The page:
She twisted her dishrag. “Ah, dear, about that … I got a message from Chiron last night. ”
My heart sank. Chiron was the activities director at Camp Half-Blood. He wouldn’t contact us unless something serious was going on. “What did he say?”
“He thinks … it might not be safe for you to come to camp just yet. We might have to postpone. ”
“Postpone? Mom, how could it not be safe? I’m a half-blood! It’s like the only safe place on earth for me!”
“Usually, dear. But with the problems they’re having—”
“Percy … I’m very, very sorry. I was hoping to talk to you about it this afternoon. I can’t explain it all now. I’m not even sure Chiron can. Everything happened so suddenly. ”
My mind was reeling. How could I not go to camp? I wanted to ask a million questions, but just then the kitchen clock chimed the half-hour.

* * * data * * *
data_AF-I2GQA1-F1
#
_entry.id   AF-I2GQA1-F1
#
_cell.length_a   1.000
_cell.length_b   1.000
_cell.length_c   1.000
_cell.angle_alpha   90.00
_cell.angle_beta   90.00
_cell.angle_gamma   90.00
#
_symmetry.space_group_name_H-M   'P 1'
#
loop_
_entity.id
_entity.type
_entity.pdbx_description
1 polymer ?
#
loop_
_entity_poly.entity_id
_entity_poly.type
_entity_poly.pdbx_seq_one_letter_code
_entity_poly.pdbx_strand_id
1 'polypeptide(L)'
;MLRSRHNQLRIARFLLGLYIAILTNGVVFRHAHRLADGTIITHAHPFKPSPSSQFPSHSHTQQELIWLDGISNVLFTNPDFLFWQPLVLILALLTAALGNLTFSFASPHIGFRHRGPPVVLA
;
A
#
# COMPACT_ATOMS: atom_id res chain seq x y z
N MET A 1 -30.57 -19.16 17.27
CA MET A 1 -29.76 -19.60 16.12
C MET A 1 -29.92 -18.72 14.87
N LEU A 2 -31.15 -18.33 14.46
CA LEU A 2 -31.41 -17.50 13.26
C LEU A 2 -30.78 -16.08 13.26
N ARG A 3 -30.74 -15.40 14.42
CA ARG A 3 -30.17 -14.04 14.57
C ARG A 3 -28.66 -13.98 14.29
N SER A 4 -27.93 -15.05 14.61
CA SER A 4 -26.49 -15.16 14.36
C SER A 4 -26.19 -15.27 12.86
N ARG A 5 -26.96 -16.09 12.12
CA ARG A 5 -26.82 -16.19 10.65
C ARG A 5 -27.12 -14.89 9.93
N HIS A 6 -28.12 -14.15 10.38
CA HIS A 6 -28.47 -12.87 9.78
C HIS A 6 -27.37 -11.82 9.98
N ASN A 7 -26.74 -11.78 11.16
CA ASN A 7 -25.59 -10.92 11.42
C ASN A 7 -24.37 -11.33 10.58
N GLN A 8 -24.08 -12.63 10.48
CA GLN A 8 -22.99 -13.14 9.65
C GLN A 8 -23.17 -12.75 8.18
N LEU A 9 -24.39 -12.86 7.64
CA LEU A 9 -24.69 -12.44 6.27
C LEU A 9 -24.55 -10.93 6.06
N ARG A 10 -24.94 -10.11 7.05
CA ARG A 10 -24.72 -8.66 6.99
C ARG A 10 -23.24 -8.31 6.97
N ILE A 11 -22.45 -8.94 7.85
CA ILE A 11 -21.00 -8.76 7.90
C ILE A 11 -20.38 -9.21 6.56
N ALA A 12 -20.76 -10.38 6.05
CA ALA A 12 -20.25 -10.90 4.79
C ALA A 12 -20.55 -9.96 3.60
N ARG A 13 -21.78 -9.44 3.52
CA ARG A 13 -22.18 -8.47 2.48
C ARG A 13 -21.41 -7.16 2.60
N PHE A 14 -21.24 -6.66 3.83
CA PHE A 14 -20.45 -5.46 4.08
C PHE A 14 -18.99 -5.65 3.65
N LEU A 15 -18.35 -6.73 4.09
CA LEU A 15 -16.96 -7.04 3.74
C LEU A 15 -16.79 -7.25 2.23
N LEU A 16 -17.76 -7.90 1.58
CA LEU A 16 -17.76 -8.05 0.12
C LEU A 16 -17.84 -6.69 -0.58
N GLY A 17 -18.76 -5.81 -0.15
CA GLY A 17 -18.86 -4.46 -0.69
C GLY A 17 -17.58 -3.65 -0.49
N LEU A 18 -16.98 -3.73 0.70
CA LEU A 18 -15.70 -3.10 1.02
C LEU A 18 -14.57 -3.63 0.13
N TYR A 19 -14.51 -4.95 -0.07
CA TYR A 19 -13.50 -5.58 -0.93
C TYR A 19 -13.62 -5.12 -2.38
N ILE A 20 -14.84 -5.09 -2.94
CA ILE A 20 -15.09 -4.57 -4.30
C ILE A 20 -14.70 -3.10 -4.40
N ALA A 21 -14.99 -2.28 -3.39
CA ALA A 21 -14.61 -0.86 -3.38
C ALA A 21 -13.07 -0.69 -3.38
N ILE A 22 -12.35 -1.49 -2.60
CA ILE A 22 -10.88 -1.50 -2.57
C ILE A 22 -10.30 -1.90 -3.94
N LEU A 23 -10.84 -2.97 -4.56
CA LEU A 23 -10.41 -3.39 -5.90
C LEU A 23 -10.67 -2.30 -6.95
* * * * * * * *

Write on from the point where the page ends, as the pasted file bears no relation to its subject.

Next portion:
My mom looked almost relieved. “Seven-thirty, dear. You should go. Tyson will be waiting. ”
“Percy, we’ll talk this afternoon. Go on to school. ”
That was the last thing I wanted to do, but my mom had this fragile look in her eyes—a kind of warning, like if I pushed her too hard she’d start to cry. Besides, she was right about my friend Tyson. I had to meet him at the subway station on time or he’d get upset. He was scared of traveling underground alone.
I gathered up my stuff, but I stopped in the doorway. “Mom, this problem at camp. Does it…could it have anything to do with my dream about Grover?”
She wouldn’t meet my eyes. “We’ll talk this afternoon, dear. I’ll explain … as much as I can. ”
Reluctantly, I told her good-bye. I jogged downstairs to catch the Number Two train.
I didn’t know it at the time, but my mom and I would never get to have our afternoon talk.
In fact, I wouldn’t be seeing home for a long, long time.
As I stepped outside, I glanced at the brownstone building across the street. Just for a second I saw a dark shape in the morning sunlight—a human silhouette against the brick wall, a shadow that belonged to no one.
Then it rippled and vanished.
Chapter Two: I Play Dodgeball With Cannibals
My day started normal. Or as normal as it ever gets at Meriwether College Prep.